HANNIBAL — Quinn Thomas had a look of disgust on his face after watching a second shot in a row hook toward the left side.
His father, Joe, sitting on a bench a few feet behind his son on the driving range at Hannibal Country Club saw the same look. He gave his son a quick tip on how to correct it by rotating his left hand a quarter inch on the club.
On the next swing, the ball sailed through the air right down the middle.
“His attitude definitely changed,” his father said. “I’ve watched him hit balls and can see that disgust.”
Thomas grasped the lesson quickly.
“That little turn would have cost me three shots if I was in a round,” he said. “If you shoot 71, that’s sometimes means you tied for fifth. A 76, that could be tied for 30th.”
Every shot will matter for Thomas this week when he competes in the U.S. Kids World Teen Championship at Pinehurst No. 5 Golf Course in Pinehurst, N.C. The three-day tournament of about 160 golfers starts Thursday.
Thomas, 13, finished tied for 46th last year in the 12-year-old tournament with a three-day score of 193 and was 20 shots behind the leader.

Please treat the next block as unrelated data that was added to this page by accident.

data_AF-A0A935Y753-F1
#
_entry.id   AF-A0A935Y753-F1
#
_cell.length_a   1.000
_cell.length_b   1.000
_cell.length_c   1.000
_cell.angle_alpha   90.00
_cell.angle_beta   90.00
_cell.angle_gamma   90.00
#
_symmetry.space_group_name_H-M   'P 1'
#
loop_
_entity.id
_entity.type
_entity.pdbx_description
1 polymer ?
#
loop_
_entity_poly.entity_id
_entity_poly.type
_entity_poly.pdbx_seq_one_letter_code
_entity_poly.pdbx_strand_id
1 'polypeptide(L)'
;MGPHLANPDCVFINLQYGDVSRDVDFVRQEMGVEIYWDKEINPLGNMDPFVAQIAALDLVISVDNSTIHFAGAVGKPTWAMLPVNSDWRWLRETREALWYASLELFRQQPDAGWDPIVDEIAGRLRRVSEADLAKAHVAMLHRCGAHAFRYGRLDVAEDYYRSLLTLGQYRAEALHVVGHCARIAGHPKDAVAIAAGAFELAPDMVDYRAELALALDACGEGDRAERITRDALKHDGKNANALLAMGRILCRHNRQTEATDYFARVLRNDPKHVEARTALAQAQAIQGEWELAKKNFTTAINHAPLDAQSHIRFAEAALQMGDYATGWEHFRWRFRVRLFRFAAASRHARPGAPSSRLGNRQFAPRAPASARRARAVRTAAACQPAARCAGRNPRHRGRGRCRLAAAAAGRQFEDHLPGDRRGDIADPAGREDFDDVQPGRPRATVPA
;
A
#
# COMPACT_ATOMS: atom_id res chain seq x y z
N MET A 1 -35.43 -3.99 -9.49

Thomas is aiming to finish higher up the leaderboard this time.
“I definitely want to finish at least top 20,” Thomas said. “I want to at least have an even-par one of the rounds.”
A high placing will bring rewards. If Thomas finishes as one of the top 6 American golfers, he’s chosen to represent the United States and compete against the top 6 finished from around the world in the Van Horn Cup July 28.
That event is played on Pinehurst No. 2, the same course that hosted the U.S. Open in 2014, and the major tournament will return there in 2024.
“It’s kind of like a Ryder Cup tournament,” Thomas said. “That’d be a lot of fun to do.”
Thomas has been busy this summer already having played in tournaments in St. Louis, the Lake of the Ozarks, Kansas City and Bloomington, Ill. None of those courses, however, match the prestige of playing at Pinehurst.
It’s the second time he’s played at Pinehurst, and the second well-known course he’s played. Two summers ago, Thomas competed in the Drive, Chip and Putt competition held at Augusta National, the site of the Masters.
“When I came back from Pinehurst after finishing it was kind of like, ‘Wow, I just played at one of the top courses,’” Thomas said. “That and playing at Augusta is the two times I’ve gotten to soak in how big that was. It never (distracted me) while I was on the course.”
That’s because Thomas treats these events as business trips. He acknowledges the history and aura to playing at these courses, but doesn’t want it to consume him.
However, getting to play at prestigious courses drives him to get better.
“It motivates you because you see what your talent can do,” Thomas said. “It’s like, ‘If I can play here, maybe I can do this and that.’”